• Axos: Axos Bank features several consumer accounts with no NSF fees. Its Essential Checking, Rewards Checking, and First Checking accounts are free of overdraft charges.
  • Quontic: The High Interest Checking account from Quontic doesn’t charge any monthly or overdraft fees. Users may encounter some rare fees for less common banking activities.
  • CIT: The CIT eChecking account has no fees for NSF or insufficient funds transactions. The bank charges some fees for less common activities on this type of account.
  • Chime®: Chime is a unique bank with no fees for using its checking account. Overdrafts are available for up to $200 total with a feature called SpotMe. If you exceed your account balance or SpotMe limit, the transaction is turned down with no fees.

NSF fees vs. overdraft fees

While we use the terms NSF fees and overdraft fees interchangeably, there’s technically a small difference between the two. Because an NSF and overdraft can occur simultaneously, most banking customers can think of the two fees as synonyms.

An NSF fee is a charge when an account doesn’t have enough funds to pay for a transaction. Whether or not the bank honors the charge, any charge that would take your account below a zero balance is an NSF transaction. It’s possible a bank would charge an NSF fee when rejecting a charge or allowing you to overdraw your account.

An overdraft fee is a charge for processing a transaction where your account balance is less than zero. Overdrafts only occur when the purchase or transaction results in a negative balance. In this situation, the bank is effectively lending you the funds to cover the transaction.

How to avoid NSF fees

You have a few methods to avoid NSF fees. Depending on your bank’s features, you could have a combination of these options. However, not all banks support features to avoid NSF charges.

  • Keep a positive account balance: The default method to avoid NSF fees is to always maintain a positive account balance. Keeping a running balance of your account helps you confidently transact, knowing you won’t go below a zero balance.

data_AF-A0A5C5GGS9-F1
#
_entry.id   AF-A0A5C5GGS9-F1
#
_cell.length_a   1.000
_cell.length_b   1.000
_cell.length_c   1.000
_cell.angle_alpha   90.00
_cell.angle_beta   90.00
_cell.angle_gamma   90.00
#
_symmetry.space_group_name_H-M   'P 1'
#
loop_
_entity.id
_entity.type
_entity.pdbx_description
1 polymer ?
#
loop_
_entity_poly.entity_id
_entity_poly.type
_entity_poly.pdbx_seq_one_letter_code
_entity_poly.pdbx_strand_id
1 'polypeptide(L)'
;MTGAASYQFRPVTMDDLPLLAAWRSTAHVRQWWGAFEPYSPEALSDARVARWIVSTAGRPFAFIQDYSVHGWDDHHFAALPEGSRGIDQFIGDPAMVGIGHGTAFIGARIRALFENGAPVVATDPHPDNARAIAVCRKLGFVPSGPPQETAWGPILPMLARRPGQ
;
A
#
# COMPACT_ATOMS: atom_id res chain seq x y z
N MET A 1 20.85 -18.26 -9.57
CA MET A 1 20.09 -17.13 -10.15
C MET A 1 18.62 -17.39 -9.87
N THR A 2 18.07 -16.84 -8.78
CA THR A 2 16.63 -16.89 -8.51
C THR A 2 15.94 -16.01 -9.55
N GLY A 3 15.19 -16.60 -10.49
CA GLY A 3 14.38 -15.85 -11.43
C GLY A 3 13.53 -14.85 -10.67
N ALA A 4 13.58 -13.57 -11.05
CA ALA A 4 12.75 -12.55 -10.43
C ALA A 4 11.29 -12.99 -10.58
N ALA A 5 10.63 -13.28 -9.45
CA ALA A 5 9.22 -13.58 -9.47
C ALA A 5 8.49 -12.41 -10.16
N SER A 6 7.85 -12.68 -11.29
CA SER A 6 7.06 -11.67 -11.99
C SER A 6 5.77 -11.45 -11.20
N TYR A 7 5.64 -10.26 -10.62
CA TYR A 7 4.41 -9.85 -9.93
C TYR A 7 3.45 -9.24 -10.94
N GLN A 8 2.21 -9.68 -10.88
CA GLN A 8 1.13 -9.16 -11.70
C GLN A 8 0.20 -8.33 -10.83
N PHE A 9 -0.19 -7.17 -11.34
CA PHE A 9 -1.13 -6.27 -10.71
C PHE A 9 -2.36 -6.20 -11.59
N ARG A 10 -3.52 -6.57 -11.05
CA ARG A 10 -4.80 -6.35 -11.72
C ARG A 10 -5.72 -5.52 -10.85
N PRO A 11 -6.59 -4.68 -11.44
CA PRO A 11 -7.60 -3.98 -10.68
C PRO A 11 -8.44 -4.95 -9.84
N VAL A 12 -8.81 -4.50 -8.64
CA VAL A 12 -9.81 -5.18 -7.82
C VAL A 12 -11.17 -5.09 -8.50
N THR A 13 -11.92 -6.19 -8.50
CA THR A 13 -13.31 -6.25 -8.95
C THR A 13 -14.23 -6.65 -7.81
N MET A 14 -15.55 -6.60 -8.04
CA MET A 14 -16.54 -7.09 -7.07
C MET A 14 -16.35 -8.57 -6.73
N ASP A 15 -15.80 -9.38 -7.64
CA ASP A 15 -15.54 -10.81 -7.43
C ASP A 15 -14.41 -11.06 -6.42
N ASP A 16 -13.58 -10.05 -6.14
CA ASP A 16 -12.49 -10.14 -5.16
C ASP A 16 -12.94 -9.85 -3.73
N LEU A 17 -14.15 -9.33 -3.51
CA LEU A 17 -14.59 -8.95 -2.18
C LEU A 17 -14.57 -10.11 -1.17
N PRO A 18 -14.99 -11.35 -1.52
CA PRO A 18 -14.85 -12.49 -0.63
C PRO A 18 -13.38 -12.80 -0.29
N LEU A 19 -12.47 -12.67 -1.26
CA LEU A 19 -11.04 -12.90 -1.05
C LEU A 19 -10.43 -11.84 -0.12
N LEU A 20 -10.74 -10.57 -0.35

• Turn off overdrafts: Some banks enable users to opt out of overdrafts, shutting down any possibility of paying NSF fees.
  • Use fee-free overdraft protection: Banks may offer free transfers from an overdraft line of credit, savings account, or other connected account to bring your balance back to zero without any fees.

Time Stamp: Pick an account that lets you avoid NSF fees

While banks may suggest that honoring charges that take your balance below zero is a helpful service, there’s little benefit when you spend a small fortune on fees. To some banking customers, even a single overdraft fee is too much. Thankfully, you can avoid NSF fees forever with a consumer-friendly account and good banking habits.

Frequently asked questions (FAQs)

Are NSF fees legal?

Nonsufficient funds fees are legal. Banks must follow certain regulations regarding fees. But in general, NSF fees are allowed.

How do you get NSF fees waived?

If you get charged NSF fees, you can ask your bank to waive all or some of the fees. When you ask nicely and explain the reason for the request, such as a delayed deposit, you’re in the best position to get a positive outcome.

Are overdraft fees charged immediately?

Most banks charge overdraft fees automatically when the transaction takes place. They may show up instantly or at the end of the day. Check your bank’s customer agreement to find out how your bank handles NSF charges.